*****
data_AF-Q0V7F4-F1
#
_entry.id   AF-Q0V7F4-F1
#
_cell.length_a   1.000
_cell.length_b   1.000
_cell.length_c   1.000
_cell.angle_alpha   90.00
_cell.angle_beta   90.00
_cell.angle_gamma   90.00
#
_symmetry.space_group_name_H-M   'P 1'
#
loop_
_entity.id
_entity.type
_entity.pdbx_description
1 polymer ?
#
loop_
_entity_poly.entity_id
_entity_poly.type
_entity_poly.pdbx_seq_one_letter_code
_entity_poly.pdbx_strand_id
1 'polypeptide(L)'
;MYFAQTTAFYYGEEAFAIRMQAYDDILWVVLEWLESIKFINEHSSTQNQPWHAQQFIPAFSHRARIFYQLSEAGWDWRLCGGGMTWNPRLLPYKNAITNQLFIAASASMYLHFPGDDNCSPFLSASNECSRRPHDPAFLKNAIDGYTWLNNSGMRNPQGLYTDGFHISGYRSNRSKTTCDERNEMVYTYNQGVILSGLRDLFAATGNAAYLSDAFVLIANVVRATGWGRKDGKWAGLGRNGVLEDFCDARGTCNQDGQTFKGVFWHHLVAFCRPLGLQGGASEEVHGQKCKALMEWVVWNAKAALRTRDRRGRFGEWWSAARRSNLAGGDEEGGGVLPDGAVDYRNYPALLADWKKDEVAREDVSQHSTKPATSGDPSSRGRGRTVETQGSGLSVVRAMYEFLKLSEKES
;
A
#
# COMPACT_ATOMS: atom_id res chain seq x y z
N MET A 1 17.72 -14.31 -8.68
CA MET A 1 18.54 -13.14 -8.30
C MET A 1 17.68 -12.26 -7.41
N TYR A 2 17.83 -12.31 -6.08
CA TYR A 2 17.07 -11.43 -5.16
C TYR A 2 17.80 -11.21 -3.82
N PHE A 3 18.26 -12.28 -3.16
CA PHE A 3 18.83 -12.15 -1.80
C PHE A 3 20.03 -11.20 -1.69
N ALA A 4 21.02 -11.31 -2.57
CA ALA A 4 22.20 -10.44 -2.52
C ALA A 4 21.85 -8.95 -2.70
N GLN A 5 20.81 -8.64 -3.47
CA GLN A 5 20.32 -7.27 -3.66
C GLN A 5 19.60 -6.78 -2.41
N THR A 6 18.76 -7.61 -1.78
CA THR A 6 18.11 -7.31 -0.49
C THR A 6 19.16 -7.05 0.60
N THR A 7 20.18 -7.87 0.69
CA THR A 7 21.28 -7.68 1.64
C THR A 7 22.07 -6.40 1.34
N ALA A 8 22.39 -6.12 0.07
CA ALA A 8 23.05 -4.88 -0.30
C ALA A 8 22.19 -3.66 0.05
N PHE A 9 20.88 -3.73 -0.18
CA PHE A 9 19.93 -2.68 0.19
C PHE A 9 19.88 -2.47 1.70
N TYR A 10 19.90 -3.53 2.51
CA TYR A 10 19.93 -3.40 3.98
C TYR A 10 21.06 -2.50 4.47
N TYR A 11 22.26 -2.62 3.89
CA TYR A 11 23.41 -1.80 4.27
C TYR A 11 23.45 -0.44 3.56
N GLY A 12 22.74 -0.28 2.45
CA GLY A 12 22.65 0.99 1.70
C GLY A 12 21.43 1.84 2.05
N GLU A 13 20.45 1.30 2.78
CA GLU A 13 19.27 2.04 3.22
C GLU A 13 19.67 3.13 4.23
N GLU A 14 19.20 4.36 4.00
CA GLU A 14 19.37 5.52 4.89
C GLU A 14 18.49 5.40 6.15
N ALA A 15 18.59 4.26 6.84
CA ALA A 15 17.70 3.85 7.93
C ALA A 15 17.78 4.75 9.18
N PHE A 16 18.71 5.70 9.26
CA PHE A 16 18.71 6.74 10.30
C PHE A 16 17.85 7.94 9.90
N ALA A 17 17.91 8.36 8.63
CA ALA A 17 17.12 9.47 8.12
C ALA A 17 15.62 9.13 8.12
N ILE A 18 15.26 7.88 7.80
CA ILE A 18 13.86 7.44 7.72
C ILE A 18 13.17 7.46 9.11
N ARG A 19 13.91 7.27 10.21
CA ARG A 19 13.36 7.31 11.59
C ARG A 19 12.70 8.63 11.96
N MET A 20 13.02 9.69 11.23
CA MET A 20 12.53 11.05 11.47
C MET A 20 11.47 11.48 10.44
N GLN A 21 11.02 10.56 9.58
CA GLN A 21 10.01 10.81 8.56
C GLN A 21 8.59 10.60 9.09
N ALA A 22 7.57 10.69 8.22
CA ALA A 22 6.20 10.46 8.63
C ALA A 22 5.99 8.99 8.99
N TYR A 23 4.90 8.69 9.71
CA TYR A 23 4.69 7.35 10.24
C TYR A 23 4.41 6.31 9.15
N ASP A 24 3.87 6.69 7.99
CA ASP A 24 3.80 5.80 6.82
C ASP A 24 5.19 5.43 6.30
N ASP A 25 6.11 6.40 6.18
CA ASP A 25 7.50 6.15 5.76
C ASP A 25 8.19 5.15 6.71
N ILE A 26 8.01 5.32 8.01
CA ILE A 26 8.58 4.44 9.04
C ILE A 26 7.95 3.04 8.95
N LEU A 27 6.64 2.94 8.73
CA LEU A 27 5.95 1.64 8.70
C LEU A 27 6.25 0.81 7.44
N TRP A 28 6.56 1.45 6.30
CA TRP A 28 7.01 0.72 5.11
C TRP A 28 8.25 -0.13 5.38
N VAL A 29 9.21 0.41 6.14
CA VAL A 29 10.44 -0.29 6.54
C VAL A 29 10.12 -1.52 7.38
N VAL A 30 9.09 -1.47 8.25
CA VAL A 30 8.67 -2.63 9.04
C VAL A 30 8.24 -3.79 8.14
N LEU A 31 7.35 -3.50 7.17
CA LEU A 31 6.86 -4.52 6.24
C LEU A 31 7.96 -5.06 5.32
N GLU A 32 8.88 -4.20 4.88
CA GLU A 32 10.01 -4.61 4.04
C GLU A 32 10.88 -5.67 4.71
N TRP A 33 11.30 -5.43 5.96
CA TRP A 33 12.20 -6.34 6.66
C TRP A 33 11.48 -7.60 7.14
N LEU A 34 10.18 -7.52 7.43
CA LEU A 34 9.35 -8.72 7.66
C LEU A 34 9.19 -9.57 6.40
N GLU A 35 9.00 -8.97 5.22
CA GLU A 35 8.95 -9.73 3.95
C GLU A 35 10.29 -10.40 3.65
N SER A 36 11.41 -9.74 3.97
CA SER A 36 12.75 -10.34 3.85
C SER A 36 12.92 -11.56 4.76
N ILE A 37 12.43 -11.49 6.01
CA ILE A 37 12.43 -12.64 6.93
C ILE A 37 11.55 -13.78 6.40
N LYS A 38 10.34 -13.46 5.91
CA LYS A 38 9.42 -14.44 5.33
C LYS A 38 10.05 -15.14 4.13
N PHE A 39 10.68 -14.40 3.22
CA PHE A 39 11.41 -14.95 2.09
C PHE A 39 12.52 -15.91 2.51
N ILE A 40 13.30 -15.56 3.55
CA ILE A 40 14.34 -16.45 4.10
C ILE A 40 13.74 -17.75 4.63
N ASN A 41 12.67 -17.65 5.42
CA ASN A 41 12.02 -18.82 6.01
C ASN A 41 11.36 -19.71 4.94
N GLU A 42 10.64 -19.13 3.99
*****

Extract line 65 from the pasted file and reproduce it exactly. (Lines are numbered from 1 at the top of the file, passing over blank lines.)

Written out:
CA GLY A 12 22.65 0.99 1.70